The thing is that I really have very little that is worth defending.  I will be far better served by checking my ego like a coat and bringing some humility to my workouts instead.  And when it's time, when the going is tough or you need just a little more, bring all that ego, all that competitiveness out and use it like a tool, rather than letting it herd me like a cow straight into my limitations.

Easier said than done.    I'll have to get back to you on this one.

Wednesday, December 14, 2011

Pheidippides Wore Hot Pink!

This week makes few demands of my time, though it still demands much of my patience and cold tolerance.  Consequently, DW is pushing me a bit more physically and there are several double workouts on the books.  Today I have a somewhat challenging swim workout and a light run.  Since the last one happened without too much consequence, I get to try again today.  Hopefully, this time I will not try to break the sound barrier (HAHAHAHAHA) and do the run as light and easy as I am supposed to.  Also the sun is bright today so I may be able to get away with fewer colors and avoid being reported as an escapee from the local institution.

I had a thought about running in crazy colors.  It is OK.  It is even cool.  It is somewhat desirable.... IF you are fast.  Fast people wear neons and sometimes run in their underwear.  Fast people look good regardless of their combinations of shorts and knee high compression socks.  Fast people can combine colors and fabrics in visually abusive ways, even getting away with things like polka dots.  The fashion police give you a bye if you streak by looking like the logo for a floral delivery service.

SO, if you need to don your curtains to stay warm, just make sure that anytime you go past a car your form and foot turnover make you look fast and really pick up the pace if there is a pedestrian nearby.  It doesn't matter if you turn the corner and have to cling to a tree trunk for ten minutes to catch your breath, your dignity will be intact.

Sunday, December 11, 2011

Color Makes You FAST!!! (max pace 2:36? HA!)

Yep.  The Garmin Overlord is doing some serious drugs.  I know for a fact that ducks cannot, even for a moment, move that fast.  Not even ducks from Kenya.  I would have to be getting chased by a giant, hungry cheetah.  Seriously, it also tried to tell me I had a max pace of 4:34 in another interval.  I was trying to run easy so I think it is just trying to mess with my head.

Let me tell you about the running outfit.  First, realize that since the beginning of my running career, I lived and trained in South Florida (except for July-August) so I have not had a need for much cold weather running gear.  So when I head out in twenty-something degrees, I simply layer everything I have.    The look goes like this:

Electric green shoes
Matching electric green knee high socks
Black capris (over more black capris)
Hot pink turtleneck rash guard
Black pullover
Mustard yellow vest
Blue ear warmer
One Multi colored striped glove (white, tan, blue, green)
One sock (red, grey, white snowflakes)worn as a mitten
One orange Garmin Overlord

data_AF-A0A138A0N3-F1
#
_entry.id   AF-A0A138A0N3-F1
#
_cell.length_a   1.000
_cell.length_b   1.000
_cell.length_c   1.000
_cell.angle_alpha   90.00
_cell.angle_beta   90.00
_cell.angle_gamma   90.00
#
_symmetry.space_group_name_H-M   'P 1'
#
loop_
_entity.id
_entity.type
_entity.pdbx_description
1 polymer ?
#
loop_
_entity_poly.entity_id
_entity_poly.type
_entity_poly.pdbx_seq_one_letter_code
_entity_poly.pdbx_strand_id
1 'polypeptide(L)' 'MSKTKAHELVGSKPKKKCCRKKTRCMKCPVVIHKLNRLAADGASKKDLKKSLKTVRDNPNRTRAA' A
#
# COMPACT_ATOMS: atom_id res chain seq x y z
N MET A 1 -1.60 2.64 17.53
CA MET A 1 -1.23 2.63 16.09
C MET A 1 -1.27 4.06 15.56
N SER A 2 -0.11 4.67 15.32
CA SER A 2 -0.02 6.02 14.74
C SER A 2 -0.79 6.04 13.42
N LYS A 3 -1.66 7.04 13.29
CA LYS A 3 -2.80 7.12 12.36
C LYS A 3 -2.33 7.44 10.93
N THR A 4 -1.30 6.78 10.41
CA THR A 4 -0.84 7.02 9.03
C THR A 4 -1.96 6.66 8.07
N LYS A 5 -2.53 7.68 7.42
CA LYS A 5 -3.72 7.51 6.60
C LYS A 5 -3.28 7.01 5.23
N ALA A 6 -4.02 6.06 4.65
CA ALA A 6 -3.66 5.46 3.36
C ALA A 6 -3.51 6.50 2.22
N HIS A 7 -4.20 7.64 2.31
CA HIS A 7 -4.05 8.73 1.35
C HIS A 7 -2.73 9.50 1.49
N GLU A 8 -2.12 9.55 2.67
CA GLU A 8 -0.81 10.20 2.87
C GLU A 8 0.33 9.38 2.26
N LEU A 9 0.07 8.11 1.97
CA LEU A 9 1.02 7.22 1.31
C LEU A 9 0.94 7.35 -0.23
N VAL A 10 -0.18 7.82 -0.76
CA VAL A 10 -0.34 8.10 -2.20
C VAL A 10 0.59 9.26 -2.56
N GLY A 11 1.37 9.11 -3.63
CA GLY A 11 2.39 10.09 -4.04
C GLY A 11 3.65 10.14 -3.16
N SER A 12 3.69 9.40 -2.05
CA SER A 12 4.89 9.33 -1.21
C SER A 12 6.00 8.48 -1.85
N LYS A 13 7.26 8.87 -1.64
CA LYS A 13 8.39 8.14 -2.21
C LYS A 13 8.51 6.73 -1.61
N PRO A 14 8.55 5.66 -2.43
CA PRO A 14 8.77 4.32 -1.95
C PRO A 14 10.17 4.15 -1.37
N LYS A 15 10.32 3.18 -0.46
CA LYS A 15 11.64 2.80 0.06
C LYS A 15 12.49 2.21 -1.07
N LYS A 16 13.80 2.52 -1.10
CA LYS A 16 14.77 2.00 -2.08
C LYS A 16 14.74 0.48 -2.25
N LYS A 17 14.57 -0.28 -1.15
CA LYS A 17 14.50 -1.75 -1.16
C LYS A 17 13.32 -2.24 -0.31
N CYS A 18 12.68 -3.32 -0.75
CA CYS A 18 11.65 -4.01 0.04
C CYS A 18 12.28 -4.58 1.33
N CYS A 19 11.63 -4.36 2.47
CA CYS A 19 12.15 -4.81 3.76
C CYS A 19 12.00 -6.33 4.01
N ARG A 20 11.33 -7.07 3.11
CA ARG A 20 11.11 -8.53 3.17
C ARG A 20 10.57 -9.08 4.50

Yeah, baby!  It was hot!

I tried to get a nice family to take a picture but they hurried away as I jogged up to them.  Fortunately, since that is my only cold weather running outfit, there will be other photo ops.  I promise not to leave NJ without posting one.

Oh, and another thing....

Did you notice?

It's pretty cool.

It... was... a....  RUN!!

Tonight was my first run since the injury.  I felt pretty good and really had fun (even if the fashion police were scrambling to get there).  Fingers crossed that there is no soreness later or tomorrow.

Wednesday, December 7, 2011

Feather Brained Plans!

Tonight I am sitting in a camper with a space heater and lights, recently showered and only kind of freezing.  This is a vast improvement over the earlier portions of the week.

The Plan:  *Work Saturday night, finish about 5 and head 100 miles to Austin.
*Get some sleep.  Pack the car.
*Sunday evening, leave for Plano to pick up the camper.
*Start driving.  Sleep as needed.  *Drop the camper at a friend's in NC on Tuesday.
*Arrive in NJ for Wednesday.
*Be there for Mom during her surgery on Thursday.  Stay until after Christmas.
*Head to FL whenever the customers start showing.  Pick up the camper along the way.

The reality:  *Help another braider Saturday night and not get done until 11 am.  Drive 100 miles home.  *Sleep 2 hours.  Get up, mainline coffee, throw stuff in car.
*Hit weather on the way to Plano.  Finally arrive at 1 am.
*Learn to hook up camper ad sway bars in pouring rain at 40 degrees and strong wind.
*Learn to drive camper in same conditions.
*Lock up brakes trying to stop.  Notice that brake controller was never installed!
*Stop at a gas station and sleep in car because it is raining too hard to get to camper (which has sprung a leak so the interior is soaked).
*Stop in Bossier City, La and have brake controller installed.
*Travel 50 miles.  Hear engine go BOOM! followed by BoomBoomBoomBoom.
*Call AAA.
*Sit on side of road for hours waiting for a tow truck before they call back to say no one is coming.
*Get rescued by state police.
*Spend night in dark, wet camper in wrecker yard.  Tow truck driver has pity and buys breakfast to be nice.
*Get car repaired.  Empty out bank account.
*Get back on road.  Travel 4 hours until sun starts to go down.
*Notice that the dashboard lights are not working.  Stop at rest area to investigate.  Discover that the entire rig (truck and trailer) is dark.
*Realize thanks to iPhone maps and Google that you are 50 miles from the nearest gas station.  Confirm suspicion with nearby trucker.
*Settle in for a night in the wet camper with no heat (furnace is broken and replaced with space heaters) and no power.  Note that the weather is predicting temps in the 20s.
*In morning, try to figure out where fuse box might be.  Consult owners manual.  Ask for help deciphering owners manual.  Give up.  Call RV place.
*Spend too much money to have a fuse upgraded.